. The portions 25 are preferably characterized seen that the mass of cast, non-magnetic metal secures the various parts of the rotor to the shaft, and thus eliminates practically all of the former expensive and difficult machining operations on the hard steel magnet metal, the only operation advisable being that of grinding the plane face portions 14 of the pole pieces where they engage the member 15. This is simple and inexpensive, as compared to the machining necessary with prior types of rotors. It will be apparent that the present, improved rotor is neat and compact in construction, and forms practically a rigid, balanced, rotating mass. In the preferred example, a decided advantage over older prevailing types of magneto rotor con-- structions, is attained in the particular formation of the pole shoe laminations, which are characterized by the narrow arcuate band of metal for embracing the external arcuate margin of the pole piece, and the inwardly extended pole gripping portions. By these provisions a substantial reduction in material cost and weight of the pole shoe laminations, is effected.
It will, of course, be understood that the present detailed description of parts and the accompanying drawings relates to only a single preferred executional embodiment of the invention, and that substantial changes may be made in the described arrangement and construction of parts without departing from the spirit and full intended scope of the invention.
I claim as my invention:
1. In a field structure for a magneto, spaced pole pieces,v a bridging member for the pole pieces, pole shoes carried by the pole pieces, and. provided with an internal pole receiving seat, adapted to engage the associated pole pieces in mortised relation, and a body of metal disposed centrally of the field structure, and constituting a support for said pole pieces, shoes and bridging member.
2. In a rotor for a magneto of the rotating field type, a pair of spaced opposed permanent magnets, a body of cast non-magnetic metal between said magnets, a pole shoe for each of said magnets, the shoes being of laminated construction and of general arcuate form, terminal projections on the laminations of said shoe adapted marginally to grip the pole shoes, and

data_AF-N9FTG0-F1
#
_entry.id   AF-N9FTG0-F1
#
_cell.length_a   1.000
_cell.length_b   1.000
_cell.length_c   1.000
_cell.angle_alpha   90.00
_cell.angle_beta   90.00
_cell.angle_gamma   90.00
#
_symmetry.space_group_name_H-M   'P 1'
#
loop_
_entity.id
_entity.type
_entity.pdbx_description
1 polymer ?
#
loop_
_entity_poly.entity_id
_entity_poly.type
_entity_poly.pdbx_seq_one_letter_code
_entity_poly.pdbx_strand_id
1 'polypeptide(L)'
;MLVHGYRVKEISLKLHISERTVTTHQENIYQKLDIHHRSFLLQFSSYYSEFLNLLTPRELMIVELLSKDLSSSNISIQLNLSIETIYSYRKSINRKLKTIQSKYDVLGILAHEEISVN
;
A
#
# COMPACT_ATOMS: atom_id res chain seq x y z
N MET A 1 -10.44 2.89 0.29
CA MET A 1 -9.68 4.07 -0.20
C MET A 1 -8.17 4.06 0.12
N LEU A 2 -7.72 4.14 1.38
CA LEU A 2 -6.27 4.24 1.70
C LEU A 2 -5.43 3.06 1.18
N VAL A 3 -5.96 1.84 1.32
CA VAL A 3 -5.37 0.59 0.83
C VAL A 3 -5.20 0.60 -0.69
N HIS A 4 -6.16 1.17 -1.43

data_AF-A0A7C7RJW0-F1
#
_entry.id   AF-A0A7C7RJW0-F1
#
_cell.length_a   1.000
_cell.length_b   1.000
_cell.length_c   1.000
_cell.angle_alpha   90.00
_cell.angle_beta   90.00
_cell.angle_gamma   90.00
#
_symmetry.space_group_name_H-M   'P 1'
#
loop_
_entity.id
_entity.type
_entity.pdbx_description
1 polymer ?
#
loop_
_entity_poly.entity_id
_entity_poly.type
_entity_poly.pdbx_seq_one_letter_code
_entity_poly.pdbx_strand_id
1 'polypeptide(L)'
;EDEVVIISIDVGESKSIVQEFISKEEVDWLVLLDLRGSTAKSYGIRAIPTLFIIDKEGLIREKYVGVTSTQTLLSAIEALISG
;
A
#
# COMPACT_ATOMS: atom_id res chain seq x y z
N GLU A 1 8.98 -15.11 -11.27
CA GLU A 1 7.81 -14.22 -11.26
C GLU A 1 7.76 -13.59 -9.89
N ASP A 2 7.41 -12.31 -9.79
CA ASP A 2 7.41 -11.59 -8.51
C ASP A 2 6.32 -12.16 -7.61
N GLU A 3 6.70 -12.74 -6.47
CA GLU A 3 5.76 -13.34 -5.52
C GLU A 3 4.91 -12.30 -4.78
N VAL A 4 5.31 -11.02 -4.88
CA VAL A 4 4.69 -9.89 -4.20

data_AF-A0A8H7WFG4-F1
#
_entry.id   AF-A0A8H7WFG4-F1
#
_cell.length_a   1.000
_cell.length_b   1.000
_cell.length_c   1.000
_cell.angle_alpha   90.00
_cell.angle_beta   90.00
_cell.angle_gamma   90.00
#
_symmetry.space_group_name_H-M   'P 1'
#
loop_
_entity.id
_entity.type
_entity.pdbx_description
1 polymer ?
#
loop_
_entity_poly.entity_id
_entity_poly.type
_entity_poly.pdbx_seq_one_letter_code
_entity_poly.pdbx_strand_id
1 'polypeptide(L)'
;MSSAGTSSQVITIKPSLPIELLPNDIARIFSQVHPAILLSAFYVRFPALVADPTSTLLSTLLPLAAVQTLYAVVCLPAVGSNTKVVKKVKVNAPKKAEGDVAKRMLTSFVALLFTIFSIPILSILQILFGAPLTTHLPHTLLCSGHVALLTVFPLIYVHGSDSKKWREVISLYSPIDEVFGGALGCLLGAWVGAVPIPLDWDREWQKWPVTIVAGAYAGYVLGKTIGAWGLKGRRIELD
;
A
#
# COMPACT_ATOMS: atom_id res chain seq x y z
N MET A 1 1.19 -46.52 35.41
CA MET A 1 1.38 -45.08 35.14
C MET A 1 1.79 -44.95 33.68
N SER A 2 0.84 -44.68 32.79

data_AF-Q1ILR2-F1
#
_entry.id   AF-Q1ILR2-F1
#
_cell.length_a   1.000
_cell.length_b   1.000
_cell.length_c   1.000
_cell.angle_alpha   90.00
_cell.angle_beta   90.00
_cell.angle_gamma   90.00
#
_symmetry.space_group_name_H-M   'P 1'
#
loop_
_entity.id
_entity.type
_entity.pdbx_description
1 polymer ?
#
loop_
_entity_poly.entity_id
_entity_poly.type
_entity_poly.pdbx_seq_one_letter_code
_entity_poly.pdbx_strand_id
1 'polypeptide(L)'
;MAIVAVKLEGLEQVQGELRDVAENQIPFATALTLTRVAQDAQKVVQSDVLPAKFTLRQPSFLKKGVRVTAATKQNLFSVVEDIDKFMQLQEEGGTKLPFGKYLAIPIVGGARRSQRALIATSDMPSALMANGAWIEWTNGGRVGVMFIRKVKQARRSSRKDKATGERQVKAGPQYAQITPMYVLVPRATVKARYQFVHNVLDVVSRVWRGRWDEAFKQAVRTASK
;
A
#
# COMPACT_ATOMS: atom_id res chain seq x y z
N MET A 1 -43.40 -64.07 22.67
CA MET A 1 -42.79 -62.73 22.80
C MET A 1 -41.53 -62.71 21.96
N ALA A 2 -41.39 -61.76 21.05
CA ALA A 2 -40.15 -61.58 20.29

extended inwardly of the rotor and into said body of cast metal.
3. In a rotor for a rotating field type of magneto, a pair of pole pieces disposed in opposed relation peripherally of the rotor, a body of cast metal disposed between the pole pieces, and pole-shoescarried by the pole pieces, each of said shoes being constituted by laminations each of substantial C shape and having a portion turned inwardly of the rotor and embedded in said body of cast metal.
4. In a rotor for magnetos of the rotating field type, spaced pole pieces, a pole-piece-bridging member located diametrally of the rotor and having terminal projections adapted marginally to engage the pole pieces so as to receive the pole pieces therebetween, and coacting therewith to prevent angular and diametral displacement of the pole pieces with respect to the bridging member and other parts of the rotor.
5. In a field structure for a magneto, spaced pole pieces, a bridging member having lateral recesses adapted to receive and engage the pole pieces in' mortised relation, pole shoes carried by the pole pieces, and a body of metal disposed centrally of the field structure, and constituting a support for saidpole pieces, shoes and bridging member.
6. In a magneto rotor for a machine of the rotating field type, spaced pole pieces, a bridging member having lateral recesses adapted to receive the pole pieces, pole shoes carried by the pole pieces, and a body of cast non-magnetic metal disposed centrally of the rotor structure and constituting a support for said pole pieces, shoes and bridging member, the bridging member and shoes each being provided with projections adapted marginally to engage the pole pieces, and coacting to position the bridging member, pole pieces and pole shoes against displacement diametrally of the rotor.
7. In a rotor for a magneto of the rotating field type, a pair of spaced pole pieces, a pole piece bridging member disposed near one end of the pole pieces, pole shoes disposed near the opposite ends of the pole pieces, said bridging member and pole shoe each being characterized by paired opposed acute angulate projections, the paired'projections adapted to receive one of the pole pieces therebetween, a shaft, and means for securing the pole pieces, bridging member and pole shoes in assembled relation to the shaft.
8. In a rotor for magnetos of the rotating field type, a pair of pole pieces each of substantially segmental cross section, a pole-piece-bridging member near one end of the pole pieces, a pole shoe carried by each of the pole pieces near its end opposite the bridging member, the pole shoes and bridging member being characterized type embodying a mass of cast metal poured about the rotor shaft, a plurality of metal-receiving seats, formed by the shaft, said seats being of a form to engage the, poured metal in mortising relation.
. CURT F. REIS.